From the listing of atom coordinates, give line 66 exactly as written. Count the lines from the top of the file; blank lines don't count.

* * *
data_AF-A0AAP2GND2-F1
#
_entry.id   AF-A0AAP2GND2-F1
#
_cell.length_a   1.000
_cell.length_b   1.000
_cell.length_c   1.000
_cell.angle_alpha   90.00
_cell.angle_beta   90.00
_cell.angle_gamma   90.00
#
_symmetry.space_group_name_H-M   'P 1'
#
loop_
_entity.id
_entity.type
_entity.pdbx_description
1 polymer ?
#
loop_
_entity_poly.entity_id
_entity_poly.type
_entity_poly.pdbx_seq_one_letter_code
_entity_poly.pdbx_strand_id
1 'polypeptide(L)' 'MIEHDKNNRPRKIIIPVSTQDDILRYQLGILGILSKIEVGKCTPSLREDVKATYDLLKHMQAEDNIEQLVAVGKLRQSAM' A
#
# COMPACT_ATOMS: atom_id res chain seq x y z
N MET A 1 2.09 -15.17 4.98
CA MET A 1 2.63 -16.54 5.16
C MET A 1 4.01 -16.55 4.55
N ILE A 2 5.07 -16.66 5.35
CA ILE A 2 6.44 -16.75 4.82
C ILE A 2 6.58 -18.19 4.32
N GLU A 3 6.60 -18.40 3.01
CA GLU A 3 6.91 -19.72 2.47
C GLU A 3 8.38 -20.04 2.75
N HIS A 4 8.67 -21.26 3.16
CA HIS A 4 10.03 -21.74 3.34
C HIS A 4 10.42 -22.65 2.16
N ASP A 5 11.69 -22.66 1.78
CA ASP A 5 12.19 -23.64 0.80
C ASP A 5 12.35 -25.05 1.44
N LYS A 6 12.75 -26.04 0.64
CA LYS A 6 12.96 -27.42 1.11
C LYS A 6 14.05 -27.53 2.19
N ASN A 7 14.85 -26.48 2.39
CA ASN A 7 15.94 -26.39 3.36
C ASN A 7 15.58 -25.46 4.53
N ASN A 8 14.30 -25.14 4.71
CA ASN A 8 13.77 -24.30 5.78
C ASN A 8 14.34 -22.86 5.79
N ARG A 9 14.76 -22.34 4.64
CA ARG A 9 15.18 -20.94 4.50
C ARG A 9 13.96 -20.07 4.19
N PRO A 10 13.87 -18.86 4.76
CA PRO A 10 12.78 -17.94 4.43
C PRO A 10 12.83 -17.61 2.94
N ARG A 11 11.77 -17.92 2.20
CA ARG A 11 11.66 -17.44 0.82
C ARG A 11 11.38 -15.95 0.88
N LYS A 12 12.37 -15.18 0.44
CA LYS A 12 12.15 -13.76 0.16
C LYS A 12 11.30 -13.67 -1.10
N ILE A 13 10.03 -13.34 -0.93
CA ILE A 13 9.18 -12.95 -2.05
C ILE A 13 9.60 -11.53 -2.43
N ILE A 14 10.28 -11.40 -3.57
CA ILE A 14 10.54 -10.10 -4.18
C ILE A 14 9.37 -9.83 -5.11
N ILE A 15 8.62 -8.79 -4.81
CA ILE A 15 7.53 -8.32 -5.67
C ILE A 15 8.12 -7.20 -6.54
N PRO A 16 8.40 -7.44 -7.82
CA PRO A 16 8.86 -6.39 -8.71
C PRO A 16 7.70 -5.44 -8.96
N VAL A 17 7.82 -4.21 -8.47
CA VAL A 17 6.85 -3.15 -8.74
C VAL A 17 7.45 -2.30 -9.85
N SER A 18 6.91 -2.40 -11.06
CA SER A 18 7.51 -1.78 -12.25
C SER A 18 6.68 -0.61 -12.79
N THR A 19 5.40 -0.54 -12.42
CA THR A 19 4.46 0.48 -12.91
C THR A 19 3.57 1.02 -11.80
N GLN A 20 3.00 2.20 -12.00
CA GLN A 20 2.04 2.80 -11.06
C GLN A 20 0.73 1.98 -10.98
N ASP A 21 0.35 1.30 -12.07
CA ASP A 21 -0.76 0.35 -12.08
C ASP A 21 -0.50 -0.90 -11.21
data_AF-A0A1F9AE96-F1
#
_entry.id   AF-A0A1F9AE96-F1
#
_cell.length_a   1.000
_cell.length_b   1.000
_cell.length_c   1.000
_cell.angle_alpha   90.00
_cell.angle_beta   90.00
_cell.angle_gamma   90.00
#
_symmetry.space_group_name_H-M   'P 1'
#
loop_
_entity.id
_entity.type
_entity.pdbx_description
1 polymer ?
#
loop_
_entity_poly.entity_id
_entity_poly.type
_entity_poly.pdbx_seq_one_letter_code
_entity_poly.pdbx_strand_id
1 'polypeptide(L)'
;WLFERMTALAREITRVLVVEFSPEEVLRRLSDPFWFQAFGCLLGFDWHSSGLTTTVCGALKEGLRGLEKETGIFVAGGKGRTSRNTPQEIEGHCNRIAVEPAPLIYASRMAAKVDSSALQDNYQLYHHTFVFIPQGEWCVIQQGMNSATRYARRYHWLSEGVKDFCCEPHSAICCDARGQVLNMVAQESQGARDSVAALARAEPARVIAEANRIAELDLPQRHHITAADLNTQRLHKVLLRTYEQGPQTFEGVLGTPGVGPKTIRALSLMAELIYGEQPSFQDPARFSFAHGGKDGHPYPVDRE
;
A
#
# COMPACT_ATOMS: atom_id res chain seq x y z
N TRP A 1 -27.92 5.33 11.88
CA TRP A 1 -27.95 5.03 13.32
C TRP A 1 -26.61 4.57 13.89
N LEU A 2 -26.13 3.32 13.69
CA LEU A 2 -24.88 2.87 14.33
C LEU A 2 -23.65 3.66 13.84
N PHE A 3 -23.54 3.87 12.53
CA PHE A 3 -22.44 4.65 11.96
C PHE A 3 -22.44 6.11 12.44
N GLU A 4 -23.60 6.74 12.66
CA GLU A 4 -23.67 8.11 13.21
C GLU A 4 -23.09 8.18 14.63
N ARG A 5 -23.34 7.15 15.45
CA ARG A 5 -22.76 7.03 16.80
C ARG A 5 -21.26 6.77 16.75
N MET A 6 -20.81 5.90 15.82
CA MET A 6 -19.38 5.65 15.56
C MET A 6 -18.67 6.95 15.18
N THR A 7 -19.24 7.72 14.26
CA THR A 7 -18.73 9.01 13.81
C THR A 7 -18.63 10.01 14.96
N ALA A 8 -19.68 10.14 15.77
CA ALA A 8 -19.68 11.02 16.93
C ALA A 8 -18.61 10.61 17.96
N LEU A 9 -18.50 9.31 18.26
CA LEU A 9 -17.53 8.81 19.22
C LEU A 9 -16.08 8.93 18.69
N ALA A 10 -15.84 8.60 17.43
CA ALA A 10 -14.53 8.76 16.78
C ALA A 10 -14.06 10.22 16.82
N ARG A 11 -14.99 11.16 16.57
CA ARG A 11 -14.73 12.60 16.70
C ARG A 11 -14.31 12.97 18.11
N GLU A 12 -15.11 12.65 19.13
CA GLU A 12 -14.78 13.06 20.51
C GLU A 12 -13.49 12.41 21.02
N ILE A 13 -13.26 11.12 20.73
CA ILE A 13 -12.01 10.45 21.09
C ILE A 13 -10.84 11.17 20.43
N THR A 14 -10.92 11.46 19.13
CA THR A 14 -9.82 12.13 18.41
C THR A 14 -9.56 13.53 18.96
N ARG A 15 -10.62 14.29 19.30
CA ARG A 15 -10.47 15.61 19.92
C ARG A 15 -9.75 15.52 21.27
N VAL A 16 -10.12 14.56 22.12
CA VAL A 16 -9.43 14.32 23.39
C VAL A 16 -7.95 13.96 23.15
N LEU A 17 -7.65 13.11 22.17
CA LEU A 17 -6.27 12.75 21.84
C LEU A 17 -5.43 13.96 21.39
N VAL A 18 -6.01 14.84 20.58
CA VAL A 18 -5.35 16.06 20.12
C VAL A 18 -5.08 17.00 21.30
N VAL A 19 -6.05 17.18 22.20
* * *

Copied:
C ILE A 13 9.60 -11.53 -2.43